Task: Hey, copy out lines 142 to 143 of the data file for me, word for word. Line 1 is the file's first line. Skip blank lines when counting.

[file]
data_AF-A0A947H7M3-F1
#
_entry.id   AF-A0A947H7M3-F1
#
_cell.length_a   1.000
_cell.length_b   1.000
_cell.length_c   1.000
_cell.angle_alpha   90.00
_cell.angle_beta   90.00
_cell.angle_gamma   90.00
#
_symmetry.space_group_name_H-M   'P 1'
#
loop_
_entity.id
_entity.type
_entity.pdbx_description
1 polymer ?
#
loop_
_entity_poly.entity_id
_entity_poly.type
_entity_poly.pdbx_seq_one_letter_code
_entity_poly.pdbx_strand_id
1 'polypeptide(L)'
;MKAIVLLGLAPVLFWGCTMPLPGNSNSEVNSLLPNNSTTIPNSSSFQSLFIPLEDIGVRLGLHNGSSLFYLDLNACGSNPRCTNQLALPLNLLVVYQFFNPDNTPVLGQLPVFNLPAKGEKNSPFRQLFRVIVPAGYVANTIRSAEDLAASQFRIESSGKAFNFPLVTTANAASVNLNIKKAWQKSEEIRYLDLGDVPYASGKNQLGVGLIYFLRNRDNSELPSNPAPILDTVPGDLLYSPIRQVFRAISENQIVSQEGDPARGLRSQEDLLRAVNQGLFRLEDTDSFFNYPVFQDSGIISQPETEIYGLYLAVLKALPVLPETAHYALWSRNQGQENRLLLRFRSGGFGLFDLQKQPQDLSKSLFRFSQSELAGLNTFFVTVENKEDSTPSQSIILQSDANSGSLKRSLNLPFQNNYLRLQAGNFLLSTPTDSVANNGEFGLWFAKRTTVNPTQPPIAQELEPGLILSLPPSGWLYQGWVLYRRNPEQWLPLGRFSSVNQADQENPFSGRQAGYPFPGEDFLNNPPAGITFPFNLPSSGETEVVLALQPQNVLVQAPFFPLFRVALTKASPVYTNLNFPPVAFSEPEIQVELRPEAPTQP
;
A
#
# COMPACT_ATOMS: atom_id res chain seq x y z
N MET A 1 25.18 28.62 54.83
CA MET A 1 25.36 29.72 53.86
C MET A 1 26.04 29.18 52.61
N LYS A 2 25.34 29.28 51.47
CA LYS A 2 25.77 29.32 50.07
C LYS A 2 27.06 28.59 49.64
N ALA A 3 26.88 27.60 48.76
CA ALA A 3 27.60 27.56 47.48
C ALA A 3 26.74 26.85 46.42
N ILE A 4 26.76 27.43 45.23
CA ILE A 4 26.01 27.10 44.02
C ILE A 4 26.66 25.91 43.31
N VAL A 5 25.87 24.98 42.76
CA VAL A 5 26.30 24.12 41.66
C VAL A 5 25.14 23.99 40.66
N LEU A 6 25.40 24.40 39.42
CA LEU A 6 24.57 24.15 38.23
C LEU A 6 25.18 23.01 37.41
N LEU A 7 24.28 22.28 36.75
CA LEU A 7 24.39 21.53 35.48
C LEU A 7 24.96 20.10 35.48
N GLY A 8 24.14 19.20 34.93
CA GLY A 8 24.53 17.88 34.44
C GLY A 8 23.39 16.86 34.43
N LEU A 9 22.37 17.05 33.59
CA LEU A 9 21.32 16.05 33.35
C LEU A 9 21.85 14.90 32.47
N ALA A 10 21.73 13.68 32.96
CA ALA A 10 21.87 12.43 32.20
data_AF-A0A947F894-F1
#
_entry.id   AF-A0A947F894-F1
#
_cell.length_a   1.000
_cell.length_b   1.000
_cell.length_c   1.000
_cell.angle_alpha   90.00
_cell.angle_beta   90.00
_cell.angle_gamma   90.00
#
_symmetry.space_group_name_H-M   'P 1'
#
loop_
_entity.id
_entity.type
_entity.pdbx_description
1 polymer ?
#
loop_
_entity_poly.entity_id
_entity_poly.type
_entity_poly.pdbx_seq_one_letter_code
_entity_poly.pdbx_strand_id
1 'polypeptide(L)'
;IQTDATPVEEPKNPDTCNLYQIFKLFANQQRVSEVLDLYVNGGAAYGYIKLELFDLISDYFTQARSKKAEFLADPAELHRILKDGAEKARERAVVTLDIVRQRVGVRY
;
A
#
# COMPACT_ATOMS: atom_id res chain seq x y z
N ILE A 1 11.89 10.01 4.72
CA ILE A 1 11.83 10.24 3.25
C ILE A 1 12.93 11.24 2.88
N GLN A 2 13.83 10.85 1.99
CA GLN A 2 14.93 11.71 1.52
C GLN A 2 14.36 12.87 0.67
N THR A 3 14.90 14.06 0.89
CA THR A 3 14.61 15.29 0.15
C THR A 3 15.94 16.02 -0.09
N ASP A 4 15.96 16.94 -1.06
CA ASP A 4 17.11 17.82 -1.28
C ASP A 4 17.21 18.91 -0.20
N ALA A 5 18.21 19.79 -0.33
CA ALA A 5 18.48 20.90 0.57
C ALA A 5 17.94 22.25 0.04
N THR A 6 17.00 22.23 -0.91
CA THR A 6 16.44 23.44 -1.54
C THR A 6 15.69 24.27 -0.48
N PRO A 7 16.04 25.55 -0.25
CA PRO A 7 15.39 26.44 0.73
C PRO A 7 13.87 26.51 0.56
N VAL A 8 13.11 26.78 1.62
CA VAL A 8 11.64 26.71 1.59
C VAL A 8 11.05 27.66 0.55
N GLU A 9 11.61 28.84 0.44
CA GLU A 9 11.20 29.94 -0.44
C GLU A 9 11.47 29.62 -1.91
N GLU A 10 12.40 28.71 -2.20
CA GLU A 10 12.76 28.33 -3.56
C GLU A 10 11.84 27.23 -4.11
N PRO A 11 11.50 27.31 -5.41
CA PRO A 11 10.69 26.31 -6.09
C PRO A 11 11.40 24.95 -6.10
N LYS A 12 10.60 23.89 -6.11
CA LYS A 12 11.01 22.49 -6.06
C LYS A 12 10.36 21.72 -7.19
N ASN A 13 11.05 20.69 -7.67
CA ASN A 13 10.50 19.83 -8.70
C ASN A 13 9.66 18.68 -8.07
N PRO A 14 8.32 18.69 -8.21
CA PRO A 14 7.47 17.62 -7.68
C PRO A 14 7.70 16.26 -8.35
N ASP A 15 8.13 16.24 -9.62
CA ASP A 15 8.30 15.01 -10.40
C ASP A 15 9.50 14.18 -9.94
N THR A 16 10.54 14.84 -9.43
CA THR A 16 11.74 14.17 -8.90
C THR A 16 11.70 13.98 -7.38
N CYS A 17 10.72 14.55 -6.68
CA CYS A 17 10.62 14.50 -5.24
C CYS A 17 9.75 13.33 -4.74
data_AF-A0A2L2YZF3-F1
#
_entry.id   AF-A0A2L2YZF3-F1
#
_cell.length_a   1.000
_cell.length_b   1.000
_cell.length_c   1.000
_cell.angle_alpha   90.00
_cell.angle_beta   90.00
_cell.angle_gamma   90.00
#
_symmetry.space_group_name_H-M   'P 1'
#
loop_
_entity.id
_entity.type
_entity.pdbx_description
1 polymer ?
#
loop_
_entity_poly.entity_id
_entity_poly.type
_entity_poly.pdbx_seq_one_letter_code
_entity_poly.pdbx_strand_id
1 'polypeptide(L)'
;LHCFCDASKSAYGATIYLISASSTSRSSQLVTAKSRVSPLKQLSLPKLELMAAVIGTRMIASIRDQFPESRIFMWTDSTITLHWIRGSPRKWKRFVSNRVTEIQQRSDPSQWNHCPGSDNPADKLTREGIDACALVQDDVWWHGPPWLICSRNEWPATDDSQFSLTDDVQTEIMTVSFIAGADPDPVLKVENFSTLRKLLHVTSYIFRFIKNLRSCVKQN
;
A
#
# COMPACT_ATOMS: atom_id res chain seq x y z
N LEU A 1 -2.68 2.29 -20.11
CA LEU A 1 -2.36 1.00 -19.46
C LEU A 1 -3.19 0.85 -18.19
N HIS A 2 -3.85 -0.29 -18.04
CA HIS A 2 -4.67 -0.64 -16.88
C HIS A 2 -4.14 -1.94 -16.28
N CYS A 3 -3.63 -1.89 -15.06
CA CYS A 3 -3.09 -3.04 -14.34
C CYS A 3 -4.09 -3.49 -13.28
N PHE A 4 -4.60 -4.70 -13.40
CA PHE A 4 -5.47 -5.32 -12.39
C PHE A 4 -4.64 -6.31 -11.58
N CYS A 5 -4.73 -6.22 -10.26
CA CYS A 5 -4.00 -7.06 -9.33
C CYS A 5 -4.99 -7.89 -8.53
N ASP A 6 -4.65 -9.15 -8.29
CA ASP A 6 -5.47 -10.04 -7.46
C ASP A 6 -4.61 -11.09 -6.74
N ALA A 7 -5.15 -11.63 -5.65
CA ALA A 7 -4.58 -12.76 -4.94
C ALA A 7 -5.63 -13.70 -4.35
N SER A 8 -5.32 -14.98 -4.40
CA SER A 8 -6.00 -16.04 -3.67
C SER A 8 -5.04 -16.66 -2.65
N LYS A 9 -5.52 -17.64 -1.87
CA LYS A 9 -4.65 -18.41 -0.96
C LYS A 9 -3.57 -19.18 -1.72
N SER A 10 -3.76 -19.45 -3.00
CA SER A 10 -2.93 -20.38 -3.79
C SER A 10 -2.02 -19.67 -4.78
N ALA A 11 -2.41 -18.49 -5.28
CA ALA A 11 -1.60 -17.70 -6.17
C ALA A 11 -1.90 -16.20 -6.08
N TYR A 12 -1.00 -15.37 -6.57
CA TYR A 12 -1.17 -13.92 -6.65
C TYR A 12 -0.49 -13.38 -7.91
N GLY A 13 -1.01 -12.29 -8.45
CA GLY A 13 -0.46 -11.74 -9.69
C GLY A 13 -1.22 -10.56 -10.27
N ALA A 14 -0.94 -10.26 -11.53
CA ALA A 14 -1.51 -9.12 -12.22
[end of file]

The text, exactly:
#
_entry.id   AF-A0A2L2YZF3-F1